It's interesting. It took me approximately seven years to write my personal memoir of bipolar mania, Deep Blue Calm, from 2005 to 2012. I agonized over getting it just right...finally, solving the big questions. And although I never achieved any sort of ultimate complete mastery over my life as a result of that project; it did clean things up for me a great deal. In comparison, those first two posts I made on this blog in the past week which summarized my recovery story, took me minutes, not years to write. I am comfortable with my story now, and things are in the proper place whereas I used to feel broken and lost. I am using the same premise with this RealitySeeker project. Getting everything out in the open and working through it can help.
Now, it's a question of what do I do next? I am making original songs, which is a great pastime but that's not enough to completely satisfy me. However, I always choose the subject matter for my songs based on what's going on in my life and what's on my mind. The new one: "Today," has a simple message. I'm 46 years old. There's no time to be laying around in bed mulling over things that I wish would be different. I'm a fighter. I have real skills, valuable skills. And I'm going to get busy bringing about what I want to give to the world.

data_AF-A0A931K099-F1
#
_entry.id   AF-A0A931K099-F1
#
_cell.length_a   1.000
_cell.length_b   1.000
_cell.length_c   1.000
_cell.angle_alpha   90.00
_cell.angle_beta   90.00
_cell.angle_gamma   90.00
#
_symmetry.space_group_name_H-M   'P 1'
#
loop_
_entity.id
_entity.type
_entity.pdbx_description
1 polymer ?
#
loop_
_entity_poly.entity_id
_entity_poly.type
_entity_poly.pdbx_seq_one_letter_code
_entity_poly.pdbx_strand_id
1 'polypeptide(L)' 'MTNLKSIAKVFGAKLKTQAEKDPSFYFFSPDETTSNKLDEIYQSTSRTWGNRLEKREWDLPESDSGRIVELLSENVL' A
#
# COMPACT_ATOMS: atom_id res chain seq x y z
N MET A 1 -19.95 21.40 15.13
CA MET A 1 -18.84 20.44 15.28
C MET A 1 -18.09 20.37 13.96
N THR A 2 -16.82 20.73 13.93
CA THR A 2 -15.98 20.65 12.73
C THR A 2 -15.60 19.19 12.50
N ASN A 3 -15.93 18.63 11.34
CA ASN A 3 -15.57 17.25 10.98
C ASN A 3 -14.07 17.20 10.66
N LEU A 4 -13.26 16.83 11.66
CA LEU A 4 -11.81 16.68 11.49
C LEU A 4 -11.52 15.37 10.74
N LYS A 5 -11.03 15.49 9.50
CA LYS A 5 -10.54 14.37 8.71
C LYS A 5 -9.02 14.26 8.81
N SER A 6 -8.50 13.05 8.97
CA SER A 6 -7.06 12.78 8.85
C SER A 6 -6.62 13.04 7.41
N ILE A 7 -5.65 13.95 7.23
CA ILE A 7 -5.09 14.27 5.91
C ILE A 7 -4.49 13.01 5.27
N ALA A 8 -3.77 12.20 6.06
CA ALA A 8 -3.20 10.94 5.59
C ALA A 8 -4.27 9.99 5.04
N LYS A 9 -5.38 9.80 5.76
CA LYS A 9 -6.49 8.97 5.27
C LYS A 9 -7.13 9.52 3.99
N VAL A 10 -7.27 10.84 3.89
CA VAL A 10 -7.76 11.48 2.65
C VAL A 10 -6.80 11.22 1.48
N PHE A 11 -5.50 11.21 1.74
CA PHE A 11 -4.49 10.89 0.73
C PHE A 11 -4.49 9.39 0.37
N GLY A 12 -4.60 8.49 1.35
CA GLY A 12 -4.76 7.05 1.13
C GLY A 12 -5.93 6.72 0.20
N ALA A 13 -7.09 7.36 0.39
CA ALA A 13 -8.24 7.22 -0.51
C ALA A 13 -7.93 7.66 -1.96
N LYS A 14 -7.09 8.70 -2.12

But I still struggle. I'm more than 300 lbs, and I have a mood disorder. It's difficult to motivate myself at times. But other times I feel the excitement of what is possible take over. My biggest challenge has been to do more without de-compensating into bipolar mania. For more than 20 years, I could always depend on that cycle. I get really excited--it becomes too much--I either have to quit or worse yet spend time in the hospital.
So, I'm taking a different tact now. I'm not just caving. I'm trying to tolerate the discomfort without bubbling over. I'm working a little at a part-time job that keeps my mind active. I devoted five weeks to creating a proposal for Mission Daybreak. I'm not going to lie: I had some manic symptoms during that period. But I avoided the catastrophic symptoms and managed to keep going in a positive direction. Better yet, I've been sharing this work with Andy Labadie and Mary Bourgeois and others and I've expanded my social network as a result. Now five veterans are signed up to join me in this process of describing our passions and goals as well as challenges to help each other be the best we can be. I'm excited to see where it can go.